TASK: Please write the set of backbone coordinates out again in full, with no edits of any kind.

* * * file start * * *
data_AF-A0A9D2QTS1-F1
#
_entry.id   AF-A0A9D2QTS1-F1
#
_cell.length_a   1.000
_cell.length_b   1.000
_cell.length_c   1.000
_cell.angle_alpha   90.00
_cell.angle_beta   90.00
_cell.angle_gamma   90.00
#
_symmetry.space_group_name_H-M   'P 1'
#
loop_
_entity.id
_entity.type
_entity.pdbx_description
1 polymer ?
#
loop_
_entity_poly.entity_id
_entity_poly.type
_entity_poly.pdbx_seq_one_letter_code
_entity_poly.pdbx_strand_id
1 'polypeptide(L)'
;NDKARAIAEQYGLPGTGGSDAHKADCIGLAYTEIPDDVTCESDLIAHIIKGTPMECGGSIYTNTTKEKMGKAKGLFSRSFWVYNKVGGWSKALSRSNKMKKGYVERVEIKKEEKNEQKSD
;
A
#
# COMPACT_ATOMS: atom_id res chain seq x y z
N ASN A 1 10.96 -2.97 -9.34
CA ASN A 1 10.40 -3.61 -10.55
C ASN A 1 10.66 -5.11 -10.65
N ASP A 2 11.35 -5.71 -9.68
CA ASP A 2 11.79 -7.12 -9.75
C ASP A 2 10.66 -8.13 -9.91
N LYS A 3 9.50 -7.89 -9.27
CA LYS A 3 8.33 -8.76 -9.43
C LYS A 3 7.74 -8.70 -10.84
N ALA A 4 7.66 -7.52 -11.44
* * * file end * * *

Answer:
data_AF-A0A9D2QTS1-F1
#
_entry.id   AF-A0A9D2QTS1-F1
#
_cell.length_a   1.000
_cell.length_b   1.000
_cell.length_c   1.000
_cell.angle_alpha   90.00
_cell.angle_beta   90.00
_cell.angle_gamma   90.00
#
_symmetry.space_group_name_H-M   'P 1'
#
loop_
_entity.id
_entity.type
_entity.pdbx_description
1 polymer ?
#
loop_
_entity_poly.entity_id
_entity_poly.type
_entity_poly.pdbx_seq_one_letter_code
_entity_poly.pdbx_strand_id
1 'polypeptide(L)'
;NDKARAIAEQYGLPGTGGSDAHKADCIGLAYTEIPDDVTCESDLIAHIIKGTPMECGGSIYTNTTKEKMGKAKGLFSRSFWVYNKVGGWSKALSRSNKMKKGYVERVEIKKEEKNEQKSD
;
A
#
# COMPACT_ATOMS: atom_id res chain seq x y z
N ASN A 1 10.96 -2.97 -9.34
CA ASN A 1 10.40 -3.61 -10.55
C ASN A 1 10.66 -5.11 -10.65
N ASP A 2 11.35 -5.71 -9.68
CA ASP A 2 11.79 -7.12 -9.75
C ASP A 2 10.66 -8.13 -9.91
N LYS A 3 9.50 -7.89 -9.27
CA LYS A 3 8.33 -8.76 -9.43
C LYS A 3 7.74 -8.70 -10.84
N ALA A 4 7.66 -7.52 -11.44